Does black hole stop light or time?

  • #1
Jim cook
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I have been told the speed of light is constant and does not waiver. This would make sense as light has no mass I am aware of.
Pictures taken during a solar eclipse seem to prove gravity bends light. Could it be however that the light is not bent, only the time/space light is traveling through is bent? And if this is a possibility, could a black hole be dark not because it's gravity is stopping light, but because it's gravity is stopping time/space? Could the bottom of the time/space curvature at a black hole be a doorway to another time/space dimension? Could this explain hawkings theory on desolving black holes, as they slowly are divided between two deminsions in an attempt to balance?
 

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  • #2
Drakkith
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Could it be however that the light is not bent, only the time/space light is traveling through is bent?

It's more accurate to say that the path through space that light takes is bent. Light, being an EM wave that spreads out through space after being emitted, is thus bent as well since it occupies a very large region of space.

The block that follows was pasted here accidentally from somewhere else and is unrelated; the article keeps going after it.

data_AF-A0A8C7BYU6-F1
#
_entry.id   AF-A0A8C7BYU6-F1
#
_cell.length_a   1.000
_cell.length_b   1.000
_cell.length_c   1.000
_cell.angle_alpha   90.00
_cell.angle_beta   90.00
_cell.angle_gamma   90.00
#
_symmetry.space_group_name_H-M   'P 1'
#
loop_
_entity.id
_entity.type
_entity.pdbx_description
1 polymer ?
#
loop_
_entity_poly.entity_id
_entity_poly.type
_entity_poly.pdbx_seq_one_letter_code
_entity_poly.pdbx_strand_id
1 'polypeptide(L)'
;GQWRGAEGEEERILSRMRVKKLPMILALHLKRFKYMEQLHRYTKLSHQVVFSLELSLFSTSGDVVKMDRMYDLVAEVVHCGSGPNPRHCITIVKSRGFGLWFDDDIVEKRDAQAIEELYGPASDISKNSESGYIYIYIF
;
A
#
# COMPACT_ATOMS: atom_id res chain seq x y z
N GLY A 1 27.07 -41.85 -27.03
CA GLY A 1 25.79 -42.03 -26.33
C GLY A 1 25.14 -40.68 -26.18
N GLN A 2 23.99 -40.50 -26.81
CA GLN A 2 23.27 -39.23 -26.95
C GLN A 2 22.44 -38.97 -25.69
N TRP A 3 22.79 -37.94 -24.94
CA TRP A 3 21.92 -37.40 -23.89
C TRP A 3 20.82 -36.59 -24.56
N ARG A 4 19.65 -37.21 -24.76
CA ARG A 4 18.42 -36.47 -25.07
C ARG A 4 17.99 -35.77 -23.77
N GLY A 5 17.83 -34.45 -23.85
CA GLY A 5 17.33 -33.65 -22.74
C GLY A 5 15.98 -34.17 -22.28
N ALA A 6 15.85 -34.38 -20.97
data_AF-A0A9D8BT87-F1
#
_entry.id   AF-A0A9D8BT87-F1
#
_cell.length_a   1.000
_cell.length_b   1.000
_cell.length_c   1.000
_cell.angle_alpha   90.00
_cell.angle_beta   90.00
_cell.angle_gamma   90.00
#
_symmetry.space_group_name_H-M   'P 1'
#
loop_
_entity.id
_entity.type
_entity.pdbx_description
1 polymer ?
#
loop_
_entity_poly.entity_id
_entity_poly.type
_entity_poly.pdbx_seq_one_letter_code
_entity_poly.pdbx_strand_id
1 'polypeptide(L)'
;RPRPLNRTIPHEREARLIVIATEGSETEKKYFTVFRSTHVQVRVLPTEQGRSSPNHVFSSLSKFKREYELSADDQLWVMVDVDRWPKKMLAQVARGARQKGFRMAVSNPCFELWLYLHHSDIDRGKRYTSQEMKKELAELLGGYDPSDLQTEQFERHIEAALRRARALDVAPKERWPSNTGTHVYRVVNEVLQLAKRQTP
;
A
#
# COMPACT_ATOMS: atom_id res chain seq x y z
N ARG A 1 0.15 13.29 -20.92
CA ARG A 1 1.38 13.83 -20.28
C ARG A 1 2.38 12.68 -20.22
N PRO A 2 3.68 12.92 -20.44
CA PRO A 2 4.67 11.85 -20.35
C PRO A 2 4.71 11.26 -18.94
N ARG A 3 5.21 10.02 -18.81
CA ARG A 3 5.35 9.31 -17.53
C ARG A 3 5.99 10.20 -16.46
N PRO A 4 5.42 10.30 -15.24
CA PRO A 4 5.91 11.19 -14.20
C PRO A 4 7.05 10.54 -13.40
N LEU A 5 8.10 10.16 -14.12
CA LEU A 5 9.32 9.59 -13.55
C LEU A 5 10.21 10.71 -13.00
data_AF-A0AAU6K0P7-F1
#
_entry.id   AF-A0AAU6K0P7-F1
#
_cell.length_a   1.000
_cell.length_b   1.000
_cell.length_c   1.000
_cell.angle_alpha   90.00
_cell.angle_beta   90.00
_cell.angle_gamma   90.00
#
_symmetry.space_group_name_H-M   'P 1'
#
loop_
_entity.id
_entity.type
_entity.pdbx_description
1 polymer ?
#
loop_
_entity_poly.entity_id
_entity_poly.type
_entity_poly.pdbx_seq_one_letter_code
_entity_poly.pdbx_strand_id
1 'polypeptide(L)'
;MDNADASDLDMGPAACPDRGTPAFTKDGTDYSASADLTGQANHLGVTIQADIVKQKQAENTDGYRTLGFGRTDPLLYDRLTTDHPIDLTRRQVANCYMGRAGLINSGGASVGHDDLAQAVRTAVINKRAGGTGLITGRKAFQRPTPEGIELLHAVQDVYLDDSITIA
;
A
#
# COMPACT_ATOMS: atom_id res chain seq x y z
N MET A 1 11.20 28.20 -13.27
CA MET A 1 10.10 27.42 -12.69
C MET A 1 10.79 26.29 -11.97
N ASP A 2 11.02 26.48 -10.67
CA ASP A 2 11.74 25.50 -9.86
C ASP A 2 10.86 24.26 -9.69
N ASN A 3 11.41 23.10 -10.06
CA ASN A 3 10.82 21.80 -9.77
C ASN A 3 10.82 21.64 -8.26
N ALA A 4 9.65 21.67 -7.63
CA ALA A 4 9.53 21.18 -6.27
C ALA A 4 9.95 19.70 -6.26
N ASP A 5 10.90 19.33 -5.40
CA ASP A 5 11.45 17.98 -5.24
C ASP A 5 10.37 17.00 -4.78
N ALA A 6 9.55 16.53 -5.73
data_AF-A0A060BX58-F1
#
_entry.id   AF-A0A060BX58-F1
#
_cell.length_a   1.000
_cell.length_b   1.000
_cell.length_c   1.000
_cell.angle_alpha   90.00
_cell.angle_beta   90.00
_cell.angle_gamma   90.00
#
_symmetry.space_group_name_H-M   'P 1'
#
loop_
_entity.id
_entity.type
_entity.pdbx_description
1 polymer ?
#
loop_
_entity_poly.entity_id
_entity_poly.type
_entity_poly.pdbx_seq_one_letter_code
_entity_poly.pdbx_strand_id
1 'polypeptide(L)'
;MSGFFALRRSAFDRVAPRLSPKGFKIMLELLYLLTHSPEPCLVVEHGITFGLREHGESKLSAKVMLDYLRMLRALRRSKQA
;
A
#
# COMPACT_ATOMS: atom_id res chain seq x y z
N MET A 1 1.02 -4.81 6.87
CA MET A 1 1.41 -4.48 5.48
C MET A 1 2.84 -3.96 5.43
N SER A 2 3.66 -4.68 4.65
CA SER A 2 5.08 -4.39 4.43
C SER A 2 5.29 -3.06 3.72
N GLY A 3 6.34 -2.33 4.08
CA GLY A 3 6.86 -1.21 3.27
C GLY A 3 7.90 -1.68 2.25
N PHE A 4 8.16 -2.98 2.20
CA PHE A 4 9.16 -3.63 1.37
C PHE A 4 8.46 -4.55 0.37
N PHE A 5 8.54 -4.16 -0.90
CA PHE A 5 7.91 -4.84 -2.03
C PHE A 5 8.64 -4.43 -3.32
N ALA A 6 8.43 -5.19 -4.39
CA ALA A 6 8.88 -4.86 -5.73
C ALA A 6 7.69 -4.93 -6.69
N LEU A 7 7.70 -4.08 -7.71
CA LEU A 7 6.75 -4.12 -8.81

And if this is a possibility, could a black hole be dark not because it's gravity is stopping light, but because it's gravity is stopping time/space?

No. The bending of spacetime is gravity. And spacetime is not something that can be "stopped" since it isn't moving and isn't capable of moving.

Could the bottom of the time/space curvature at a black hole be a doorway to another time/space dimension?

Almost certainly not. There has never been the slightest shred of evidence for the existence of multiple universes or other dimensions. Such concepts only show up in extremely hypothetical theories, none of which are supported by credible evidence.

Could this explain hawkings theory on desolving black holes, as they slowly are divided between two deminsions in an attempt to balance?

No.
 
  • #3
Jim cook
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It's more accurate to say that the path through space that light takes is bent. Light, being an EM wave that spreads out through space after being emitted, is thus bent as well since it occupies a very large region of space.



No. The bending of spacetime is gravity. And spacetime is not something that can be "stopped" since it isn't moving and isn't capable of moving.